Well, consider set theory extended with the ability to define functions
and then use them in terms. This is syntactically richer than the first
order language with one binary relation. The term language could allow for
various kinds of recursive definitions and have a nontrivial type structure.
I believe that there is a great variety of languages which are can be viewed as
syntactic sugar for set theory. I believe that the sugar is pragmatically
important. For example, in many such languages well-typedness can be checked
algorithmically. Terms provide the syntactic structure necessary for equational
reasoning based on the substitution of equals for equals and for term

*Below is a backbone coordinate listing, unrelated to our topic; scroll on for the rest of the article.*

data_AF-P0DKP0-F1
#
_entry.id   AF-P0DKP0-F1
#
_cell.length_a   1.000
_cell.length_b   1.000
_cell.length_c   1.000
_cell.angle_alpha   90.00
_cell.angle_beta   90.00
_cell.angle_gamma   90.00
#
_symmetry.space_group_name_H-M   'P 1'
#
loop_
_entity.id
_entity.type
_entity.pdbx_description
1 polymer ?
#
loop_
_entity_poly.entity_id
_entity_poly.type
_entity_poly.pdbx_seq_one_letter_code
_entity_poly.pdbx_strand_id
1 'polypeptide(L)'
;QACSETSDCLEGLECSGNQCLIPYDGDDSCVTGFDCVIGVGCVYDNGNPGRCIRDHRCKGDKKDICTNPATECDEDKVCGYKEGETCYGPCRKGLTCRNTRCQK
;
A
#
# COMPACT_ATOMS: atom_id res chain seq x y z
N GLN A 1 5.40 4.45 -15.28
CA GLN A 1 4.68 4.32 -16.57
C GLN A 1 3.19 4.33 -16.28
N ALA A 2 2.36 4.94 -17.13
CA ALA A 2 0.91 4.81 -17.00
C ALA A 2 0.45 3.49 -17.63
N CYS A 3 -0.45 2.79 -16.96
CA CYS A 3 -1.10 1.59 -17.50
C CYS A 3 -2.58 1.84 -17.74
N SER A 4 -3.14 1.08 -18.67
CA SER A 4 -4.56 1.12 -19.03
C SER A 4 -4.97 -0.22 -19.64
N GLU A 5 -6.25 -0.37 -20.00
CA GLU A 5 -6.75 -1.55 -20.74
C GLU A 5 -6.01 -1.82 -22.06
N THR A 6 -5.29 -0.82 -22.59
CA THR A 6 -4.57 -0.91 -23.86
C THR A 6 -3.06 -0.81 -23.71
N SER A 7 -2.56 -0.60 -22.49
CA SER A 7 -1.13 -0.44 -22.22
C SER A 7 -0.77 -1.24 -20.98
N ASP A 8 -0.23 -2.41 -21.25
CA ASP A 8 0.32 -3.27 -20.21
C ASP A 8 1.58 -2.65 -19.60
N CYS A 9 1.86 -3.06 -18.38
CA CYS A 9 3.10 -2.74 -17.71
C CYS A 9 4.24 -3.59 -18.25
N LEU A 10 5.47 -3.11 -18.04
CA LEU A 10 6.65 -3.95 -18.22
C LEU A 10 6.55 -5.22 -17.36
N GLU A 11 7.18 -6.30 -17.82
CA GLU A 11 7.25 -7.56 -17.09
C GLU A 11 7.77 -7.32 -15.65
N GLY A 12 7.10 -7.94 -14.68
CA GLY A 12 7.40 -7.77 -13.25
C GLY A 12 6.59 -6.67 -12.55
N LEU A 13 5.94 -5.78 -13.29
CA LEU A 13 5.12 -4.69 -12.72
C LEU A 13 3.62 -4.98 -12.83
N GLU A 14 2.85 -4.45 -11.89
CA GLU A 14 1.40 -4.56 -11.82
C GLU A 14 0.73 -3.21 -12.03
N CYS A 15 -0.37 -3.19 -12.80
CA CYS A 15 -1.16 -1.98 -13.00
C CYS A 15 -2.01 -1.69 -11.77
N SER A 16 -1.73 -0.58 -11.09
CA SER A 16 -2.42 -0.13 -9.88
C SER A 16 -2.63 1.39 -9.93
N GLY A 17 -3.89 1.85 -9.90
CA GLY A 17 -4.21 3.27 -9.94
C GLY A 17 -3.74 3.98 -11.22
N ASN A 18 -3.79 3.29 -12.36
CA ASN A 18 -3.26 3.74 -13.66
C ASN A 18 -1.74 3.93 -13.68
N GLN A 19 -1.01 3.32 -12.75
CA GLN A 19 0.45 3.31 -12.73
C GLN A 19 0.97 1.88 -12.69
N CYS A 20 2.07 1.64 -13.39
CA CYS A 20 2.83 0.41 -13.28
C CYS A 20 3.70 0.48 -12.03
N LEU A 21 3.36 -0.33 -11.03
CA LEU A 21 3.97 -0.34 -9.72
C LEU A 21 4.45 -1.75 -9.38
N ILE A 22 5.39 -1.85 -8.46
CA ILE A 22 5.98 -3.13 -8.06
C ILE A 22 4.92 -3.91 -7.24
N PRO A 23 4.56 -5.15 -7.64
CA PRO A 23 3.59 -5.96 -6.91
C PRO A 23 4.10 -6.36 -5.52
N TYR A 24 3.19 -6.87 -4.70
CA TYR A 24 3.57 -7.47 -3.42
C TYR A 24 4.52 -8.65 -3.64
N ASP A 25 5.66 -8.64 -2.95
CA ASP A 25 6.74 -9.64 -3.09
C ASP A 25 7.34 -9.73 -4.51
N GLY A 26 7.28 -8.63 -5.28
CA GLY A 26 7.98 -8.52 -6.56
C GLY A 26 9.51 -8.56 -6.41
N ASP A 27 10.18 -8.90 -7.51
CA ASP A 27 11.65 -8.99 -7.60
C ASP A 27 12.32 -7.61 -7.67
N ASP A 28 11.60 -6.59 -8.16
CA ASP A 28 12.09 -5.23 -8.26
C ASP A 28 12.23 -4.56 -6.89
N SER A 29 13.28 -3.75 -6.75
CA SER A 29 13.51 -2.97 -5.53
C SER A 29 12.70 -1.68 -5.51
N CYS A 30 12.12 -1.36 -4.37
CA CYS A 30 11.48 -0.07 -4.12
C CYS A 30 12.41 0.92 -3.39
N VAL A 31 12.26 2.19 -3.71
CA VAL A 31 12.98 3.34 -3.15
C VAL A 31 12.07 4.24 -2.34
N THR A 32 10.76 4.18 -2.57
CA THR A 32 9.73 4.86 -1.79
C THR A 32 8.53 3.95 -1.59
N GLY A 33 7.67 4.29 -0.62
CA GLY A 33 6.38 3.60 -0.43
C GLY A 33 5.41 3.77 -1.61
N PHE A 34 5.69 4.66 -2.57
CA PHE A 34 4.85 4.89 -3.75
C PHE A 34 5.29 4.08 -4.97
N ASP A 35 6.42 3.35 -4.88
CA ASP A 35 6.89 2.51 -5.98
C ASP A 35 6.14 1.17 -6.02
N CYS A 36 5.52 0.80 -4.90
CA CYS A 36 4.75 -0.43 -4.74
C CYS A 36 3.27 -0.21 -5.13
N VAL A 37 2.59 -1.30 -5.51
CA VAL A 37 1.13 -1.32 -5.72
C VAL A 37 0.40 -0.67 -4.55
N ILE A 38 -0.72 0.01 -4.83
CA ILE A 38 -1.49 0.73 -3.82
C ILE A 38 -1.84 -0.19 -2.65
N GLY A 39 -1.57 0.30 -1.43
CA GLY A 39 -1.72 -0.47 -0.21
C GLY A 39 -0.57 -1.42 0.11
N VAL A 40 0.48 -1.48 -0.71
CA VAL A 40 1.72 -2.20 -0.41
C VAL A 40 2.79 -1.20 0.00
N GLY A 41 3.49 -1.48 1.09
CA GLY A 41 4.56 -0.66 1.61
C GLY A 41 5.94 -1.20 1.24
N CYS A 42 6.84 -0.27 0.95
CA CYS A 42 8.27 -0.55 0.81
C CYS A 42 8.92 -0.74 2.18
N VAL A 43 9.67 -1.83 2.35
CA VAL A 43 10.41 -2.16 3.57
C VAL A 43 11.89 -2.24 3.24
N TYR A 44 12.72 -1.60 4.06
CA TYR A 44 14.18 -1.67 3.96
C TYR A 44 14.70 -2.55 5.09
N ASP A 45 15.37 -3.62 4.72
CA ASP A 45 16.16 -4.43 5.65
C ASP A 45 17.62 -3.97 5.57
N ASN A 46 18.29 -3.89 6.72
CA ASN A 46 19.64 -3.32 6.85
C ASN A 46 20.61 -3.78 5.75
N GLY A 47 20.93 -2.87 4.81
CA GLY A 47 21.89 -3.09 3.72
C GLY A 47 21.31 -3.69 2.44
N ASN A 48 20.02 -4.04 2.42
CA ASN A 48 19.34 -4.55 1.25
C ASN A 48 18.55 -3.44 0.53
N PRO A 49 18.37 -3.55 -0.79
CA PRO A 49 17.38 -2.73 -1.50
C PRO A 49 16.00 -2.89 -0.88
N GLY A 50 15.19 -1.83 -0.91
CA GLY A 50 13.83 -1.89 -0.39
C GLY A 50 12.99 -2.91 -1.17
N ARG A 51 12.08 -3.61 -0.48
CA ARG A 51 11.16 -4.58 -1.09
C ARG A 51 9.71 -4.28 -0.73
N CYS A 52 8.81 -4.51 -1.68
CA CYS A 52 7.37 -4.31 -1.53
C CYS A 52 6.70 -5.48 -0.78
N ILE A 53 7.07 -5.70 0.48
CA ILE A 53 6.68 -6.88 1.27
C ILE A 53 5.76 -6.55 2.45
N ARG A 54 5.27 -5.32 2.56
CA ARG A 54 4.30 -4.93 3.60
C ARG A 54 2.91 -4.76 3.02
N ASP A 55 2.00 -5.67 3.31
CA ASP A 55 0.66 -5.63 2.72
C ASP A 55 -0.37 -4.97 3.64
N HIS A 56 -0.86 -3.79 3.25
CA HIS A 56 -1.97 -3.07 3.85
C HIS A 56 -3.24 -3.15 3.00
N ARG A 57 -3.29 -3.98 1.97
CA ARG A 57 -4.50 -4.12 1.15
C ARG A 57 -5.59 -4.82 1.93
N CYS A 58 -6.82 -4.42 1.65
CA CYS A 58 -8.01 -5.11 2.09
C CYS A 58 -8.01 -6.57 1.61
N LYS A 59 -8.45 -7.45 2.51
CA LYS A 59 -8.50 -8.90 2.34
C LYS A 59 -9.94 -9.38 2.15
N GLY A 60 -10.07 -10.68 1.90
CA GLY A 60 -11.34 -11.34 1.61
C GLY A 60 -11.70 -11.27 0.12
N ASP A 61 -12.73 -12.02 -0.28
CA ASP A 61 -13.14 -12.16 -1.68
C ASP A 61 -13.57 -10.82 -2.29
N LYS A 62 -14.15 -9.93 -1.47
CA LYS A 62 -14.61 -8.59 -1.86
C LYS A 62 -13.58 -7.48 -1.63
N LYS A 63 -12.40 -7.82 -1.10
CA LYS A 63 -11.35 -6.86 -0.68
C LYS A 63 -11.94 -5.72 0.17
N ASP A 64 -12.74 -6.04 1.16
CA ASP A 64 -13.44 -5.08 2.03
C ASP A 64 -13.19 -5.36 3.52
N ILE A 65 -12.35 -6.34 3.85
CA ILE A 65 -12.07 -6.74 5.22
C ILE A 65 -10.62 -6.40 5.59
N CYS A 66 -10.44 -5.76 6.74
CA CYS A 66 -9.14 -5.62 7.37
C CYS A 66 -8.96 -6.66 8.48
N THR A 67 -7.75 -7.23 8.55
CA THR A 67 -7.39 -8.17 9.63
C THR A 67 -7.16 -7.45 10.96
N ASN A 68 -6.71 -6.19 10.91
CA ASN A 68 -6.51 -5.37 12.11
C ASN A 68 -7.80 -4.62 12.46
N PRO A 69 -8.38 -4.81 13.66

rewriting. A translation into and out of pure set theory would lose the
struture used in both type checking and term rewriting. It seems that
a syntactically rich variant of set theory is desirable. But is not clear
taht any one such system will allow for all the heuristically useful
syntactic structure that people will invent in, say, future type systems.
David